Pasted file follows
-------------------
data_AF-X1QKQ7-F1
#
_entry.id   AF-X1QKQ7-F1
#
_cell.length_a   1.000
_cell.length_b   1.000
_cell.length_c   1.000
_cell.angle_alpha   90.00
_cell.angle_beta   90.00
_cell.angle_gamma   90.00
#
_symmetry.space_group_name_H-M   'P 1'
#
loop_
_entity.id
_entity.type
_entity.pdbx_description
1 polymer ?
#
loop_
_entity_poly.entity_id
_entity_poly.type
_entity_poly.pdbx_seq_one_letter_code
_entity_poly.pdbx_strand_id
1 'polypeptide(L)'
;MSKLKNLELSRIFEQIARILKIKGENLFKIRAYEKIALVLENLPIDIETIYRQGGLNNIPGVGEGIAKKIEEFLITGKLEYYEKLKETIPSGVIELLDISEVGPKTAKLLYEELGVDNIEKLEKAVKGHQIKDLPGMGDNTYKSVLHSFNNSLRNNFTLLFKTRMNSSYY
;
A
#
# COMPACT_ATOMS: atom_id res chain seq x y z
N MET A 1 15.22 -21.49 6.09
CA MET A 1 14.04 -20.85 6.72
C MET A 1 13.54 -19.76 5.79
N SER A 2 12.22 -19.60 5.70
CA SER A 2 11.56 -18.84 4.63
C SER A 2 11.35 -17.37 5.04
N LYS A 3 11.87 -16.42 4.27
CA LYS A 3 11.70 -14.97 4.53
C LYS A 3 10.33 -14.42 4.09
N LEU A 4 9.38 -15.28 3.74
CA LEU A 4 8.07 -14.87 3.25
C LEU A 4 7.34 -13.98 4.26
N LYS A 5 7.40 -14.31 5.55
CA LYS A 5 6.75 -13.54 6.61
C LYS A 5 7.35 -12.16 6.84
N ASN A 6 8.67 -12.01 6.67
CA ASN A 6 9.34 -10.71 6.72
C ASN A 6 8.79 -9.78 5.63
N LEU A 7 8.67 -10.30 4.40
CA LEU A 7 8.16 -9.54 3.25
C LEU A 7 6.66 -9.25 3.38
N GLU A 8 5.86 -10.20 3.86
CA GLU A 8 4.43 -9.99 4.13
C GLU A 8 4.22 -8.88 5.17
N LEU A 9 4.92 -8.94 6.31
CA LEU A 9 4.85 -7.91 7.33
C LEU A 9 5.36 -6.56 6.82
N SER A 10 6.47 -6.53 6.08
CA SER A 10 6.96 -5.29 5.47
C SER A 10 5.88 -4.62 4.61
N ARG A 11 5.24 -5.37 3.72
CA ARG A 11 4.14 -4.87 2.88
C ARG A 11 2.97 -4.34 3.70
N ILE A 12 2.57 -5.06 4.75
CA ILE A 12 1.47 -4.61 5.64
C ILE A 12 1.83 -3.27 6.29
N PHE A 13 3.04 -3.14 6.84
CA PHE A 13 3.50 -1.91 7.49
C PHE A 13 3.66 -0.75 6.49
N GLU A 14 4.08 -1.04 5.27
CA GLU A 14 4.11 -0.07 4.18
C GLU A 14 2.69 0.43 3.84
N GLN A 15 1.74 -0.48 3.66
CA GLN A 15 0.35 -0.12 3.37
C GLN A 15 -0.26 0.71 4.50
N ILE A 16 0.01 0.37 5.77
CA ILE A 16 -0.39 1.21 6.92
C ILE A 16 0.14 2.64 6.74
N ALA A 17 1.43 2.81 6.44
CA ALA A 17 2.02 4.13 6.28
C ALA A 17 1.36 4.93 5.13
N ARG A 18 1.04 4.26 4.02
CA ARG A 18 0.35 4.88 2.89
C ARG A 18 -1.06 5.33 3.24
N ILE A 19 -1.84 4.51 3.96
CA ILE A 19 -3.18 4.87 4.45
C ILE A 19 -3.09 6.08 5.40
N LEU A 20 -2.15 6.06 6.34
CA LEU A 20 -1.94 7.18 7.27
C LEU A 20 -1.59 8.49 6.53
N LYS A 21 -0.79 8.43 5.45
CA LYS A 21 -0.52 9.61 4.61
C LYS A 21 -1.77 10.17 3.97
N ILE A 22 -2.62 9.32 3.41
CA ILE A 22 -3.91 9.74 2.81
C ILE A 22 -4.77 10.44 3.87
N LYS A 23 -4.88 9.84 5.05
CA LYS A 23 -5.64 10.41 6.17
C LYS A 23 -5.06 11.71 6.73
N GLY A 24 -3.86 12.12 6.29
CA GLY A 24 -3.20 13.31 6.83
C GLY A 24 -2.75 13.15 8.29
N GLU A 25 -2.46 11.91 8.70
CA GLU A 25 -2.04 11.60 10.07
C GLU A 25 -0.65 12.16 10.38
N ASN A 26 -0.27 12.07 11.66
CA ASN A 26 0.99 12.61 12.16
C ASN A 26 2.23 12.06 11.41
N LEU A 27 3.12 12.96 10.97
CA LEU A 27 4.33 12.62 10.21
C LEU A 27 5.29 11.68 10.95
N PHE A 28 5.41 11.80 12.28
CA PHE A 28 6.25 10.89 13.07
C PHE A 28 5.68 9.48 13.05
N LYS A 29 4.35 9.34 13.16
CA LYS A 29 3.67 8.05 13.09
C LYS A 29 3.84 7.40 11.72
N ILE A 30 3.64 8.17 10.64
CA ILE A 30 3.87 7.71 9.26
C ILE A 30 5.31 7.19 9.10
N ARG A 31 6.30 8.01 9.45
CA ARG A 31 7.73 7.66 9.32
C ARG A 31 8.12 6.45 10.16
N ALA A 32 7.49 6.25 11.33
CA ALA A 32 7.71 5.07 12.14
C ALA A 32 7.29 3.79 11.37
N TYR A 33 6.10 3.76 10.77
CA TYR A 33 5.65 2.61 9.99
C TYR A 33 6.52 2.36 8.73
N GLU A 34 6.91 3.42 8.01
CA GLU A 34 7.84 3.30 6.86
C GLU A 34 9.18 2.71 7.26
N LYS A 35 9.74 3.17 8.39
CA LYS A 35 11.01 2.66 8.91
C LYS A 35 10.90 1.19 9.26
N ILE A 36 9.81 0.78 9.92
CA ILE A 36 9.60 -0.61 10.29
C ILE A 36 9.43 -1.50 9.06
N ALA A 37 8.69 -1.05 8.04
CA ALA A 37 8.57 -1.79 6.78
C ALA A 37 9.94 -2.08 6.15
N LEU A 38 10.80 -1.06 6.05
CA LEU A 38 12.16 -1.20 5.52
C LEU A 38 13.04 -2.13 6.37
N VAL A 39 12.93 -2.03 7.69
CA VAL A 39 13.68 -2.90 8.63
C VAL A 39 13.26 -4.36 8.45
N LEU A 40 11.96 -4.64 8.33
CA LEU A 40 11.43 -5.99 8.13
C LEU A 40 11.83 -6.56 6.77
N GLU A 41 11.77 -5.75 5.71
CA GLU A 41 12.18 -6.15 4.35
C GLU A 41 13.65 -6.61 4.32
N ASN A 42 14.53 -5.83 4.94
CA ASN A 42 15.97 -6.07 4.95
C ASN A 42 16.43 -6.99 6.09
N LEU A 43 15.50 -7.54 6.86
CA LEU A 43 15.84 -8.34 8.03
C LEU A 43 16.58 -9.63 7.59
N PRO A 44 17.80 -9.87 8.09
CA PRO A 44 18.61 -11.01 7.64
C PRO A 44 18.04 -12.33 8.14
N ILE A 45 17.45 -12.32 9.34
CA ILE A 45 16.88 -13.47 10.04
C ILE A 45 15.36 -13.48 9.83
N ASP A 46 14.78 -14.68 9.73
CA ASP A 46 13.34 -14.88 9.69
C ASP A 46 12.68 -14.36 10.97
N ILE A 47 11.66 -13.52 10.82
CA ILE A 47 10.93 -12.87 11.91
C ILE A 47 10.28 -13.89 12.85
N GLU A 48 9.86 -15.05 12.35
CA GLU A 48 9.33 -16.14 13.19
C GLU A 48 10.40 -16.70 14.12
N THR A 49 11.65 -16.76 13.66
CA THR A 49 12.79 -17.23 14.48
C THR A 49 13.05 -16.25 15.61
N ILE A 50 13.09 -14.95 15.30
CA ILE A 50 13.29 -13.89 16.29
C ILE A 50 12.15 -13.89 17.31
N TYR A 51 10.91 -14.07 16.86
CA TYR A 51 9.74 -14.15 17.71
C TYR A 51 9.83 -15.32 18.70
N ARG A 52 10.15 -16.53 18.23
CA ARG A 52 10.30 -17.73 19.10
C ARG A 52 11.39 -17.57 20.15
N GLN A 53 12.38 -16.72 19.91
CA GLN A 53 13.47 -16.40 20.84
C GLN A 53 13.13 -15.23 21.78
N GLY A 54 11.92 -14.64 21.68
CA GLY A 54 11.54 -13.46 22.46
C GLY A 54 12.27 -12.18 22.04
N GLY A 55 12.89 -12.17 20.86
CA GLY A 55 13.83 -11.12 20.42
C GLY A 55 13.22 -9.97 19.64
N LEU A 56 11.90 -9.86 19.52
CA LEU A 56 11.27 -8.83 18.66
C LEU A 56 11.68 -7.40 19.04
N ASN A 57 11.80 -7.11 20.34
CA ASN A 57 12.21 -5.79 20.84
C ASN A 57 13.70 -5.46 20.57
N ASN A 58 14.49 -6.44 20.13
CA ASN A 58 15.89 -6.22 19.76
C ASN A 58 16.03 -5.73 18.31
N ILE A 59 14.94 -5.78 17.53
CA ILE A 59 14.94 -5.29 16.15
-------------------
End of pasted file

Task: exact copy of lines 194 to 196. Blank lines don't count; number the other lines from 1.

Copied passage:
CA GLY A 55 13.83 -11.12 20.42
C GLY A 55 13.22 -9.97 19.64
N LEU A 56 11.90 -9.86 19.52